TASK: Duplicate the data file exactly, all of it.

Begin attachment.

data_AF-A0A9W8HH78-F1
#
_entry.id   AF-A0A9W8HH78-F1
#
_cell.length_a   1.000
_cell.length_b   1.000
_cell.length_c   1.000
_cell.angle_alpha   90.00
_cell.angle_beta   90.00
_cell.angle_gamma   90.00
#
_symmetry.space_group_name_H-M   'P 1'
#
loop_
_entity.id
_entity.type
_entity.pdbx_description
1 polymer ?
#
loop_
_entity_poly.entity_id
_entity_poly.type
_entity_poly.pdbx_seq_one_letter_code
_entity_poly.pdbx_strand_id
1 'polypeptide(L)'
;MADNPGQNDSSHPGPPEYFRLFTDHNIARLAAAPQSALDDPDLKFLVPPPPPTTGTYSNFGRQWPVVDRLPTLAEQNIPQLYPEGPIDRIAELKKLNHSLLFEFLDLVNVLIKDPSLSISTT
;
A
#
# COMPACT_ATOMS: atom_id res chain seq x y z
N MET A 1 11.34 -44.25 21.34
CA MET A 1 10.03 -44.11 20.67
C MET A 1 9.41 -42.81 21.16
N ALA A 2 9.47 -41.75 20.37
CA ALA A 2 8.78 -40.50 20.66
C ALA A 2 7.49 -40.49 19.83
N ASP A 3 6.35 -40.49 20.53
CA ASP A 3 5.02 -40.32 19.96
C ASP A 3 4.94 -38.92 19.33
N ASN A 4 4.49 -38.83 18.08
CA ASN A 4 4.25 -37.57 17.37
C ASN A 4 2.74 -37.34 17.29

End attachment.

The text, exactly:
data_AF-A0A9W8HH78-F1
#
_entry.id   AF-A0A9W8HH78-F1
#
_cell.length_a   1.000
_cell.length_b   1.000
_cell.length_c   1.000
_cell.angle_alpha   90.00
_cell.angle_beta   90.00
_cell.angle_gamma   90.00
#
_symmetry.space_group_name_H-M   'P 1'
#
loop_
_entity.id
_entity.type
_entity.pdbx_description
1 polymer ?
#
loop_
_entity_poly.entity_id
_entity_poly.type
_entity_poly.pdbx_seq_one_letter_code
_entity_poly.pdbx_strand_id
1 'polypeptide(L)'
;MADNPGQNDSSHPGPPEYFRLFTDHNIARLAAAPQSALDDPDLKFLVPPPPPTTGTYSNFGRQWPVVDRLPTLAEQNIPQLYPEGPIDRIAELKKLNHSLLFEFLDLVNVLIKDPSLSISTT
;
A
#
# COMPACT_ATOMS: atom_id res chain seq x y z
N MET A 1 11.34 -44.25 21.34
CA MET A 1 10.03 -44.11 20.67
C MET A 1 9.41 -42.81 21.16
N ALA A 2 9.47 -41.75 20.37
CA ALA A 2 8.78 -40.50 20.66
C ALA A 2 7.49 -40.49 19.83
N ASP A 3 6.35 -40.49 20.53
CA ASP A 3 5.02 -40.32 19.96
C ASP A 3 4.94 -38.92 19.33
N ASN A 4 4.49 -38.83 18.08
CA ASN A 4 4.25 -37.57 17.37
C ASN A 4 2.74 -37.34 17.29